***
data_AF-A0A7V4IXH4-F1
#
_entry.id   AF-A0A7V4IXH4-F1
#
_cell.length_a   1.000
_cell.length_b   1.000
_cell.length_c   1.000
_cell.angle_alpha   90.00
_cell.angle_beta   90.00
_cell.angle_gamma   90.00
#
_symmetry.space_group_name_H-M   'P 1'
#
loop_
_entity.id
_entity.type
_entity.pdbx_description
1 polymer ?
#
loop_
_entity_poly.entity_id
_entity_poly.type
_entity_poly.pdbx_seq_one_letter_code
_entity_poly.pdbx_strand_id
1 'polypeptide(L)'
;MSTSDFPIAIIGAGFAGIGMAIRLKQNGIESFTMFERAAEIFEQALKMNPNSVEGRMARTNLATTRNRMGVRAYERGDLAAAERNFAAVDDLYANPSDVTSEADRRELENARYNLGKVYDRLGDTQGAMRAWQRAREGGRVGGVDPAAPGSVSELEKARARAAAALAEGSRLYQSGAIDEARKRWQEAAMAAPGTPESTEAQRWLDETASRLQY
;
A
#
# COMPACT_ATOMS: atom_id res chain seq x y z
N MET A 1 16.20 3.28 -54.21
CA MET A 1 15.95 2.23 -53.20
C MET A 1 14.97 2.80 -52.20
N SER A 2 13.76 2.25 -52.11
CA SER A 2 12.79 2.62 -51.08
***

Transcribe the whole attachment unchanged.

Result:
data_AF-A0A7V4IXH4-F1
#
_entry.id   AF-A0A7V4IXH4-F1
#
_cell.length_a   1.000
_cell.length_b   1.000
_cell.length_c   1.000
_cell.angle_alpha   90.00
_cell.angle_beta   90.00
_cell.angle_gamma   90.00
#
_symmetry.space_group_name_H-M   'P 1'
#
loop_
_entity.id
_entity.type
_entity.pdbx_description
1 polymer ?
#
loop_
_entity_poly.entity_id
_entity_poly.type
_entity_poly.pdbx_seq_one_letter_code
_entity_poly.pdbx_strand_id
1 'polypeptide(L)'
;MSTSDFPIAIIGAGFAGIGMAIRLKQNGIESFTMFERAAEIFEQALKMNPNSVEGRMARTNLATTRNRMGVRAYERGDLAAAERNFAAVDDLYANPSDVTSEADRRELENARYNLGKVYDRLGDTQGAMRAWQRAREGGRVGGVDPAAPGSVSELEKARARAAAALAEGSRLYQSGAIDEARKRWQEAAMAAPGTPESTEAQRWLDETASRLQY
;
A
#
# COMPACT_ATOMS: atom_id res chain seq x y z
N MET A 1 16.20 3.28 -54.21
CA MET A 1 15.95 2.23 -53.20
C MET A 1 14.97 2.80 -52.20
N SER A 2 13.76 2.25 -52.11
CA SER A 2 12.79 2.62 -51.08